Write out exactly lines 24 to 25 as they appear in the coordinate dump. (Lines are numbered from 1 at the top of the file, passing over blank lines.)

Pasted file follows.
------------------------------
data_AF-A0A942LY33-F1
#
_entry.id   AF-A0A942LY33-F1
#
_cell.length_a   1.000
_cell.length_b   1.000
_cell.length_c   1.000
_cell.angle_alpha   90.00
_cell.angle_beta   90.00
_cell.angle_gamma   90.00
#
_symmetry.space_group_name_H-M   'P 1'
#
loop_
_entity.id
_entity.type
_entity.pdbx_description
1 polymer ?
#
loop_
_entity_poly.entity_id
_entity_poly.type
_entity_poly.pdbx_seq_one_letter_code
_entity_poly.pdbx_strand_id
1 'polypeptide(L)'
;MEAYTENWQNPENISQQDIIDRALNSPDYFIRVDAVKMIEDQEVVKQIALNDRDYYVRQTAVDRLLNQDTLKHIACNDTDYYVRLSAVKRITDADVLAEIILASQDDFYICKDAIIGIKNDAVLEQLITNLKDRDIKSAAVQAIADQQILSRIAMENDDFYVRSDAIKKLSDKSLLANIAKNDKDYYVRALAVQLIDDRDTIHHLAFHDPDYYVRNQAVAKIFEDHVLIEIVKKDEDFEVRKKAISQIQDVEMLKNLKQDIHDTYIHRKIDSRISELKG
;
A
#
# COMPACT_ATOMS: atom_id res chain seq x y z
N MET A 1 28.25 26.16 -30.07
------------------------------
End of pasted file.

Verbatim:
_entity_poly.pdbx_strand_id
1 'polypeptide(L)'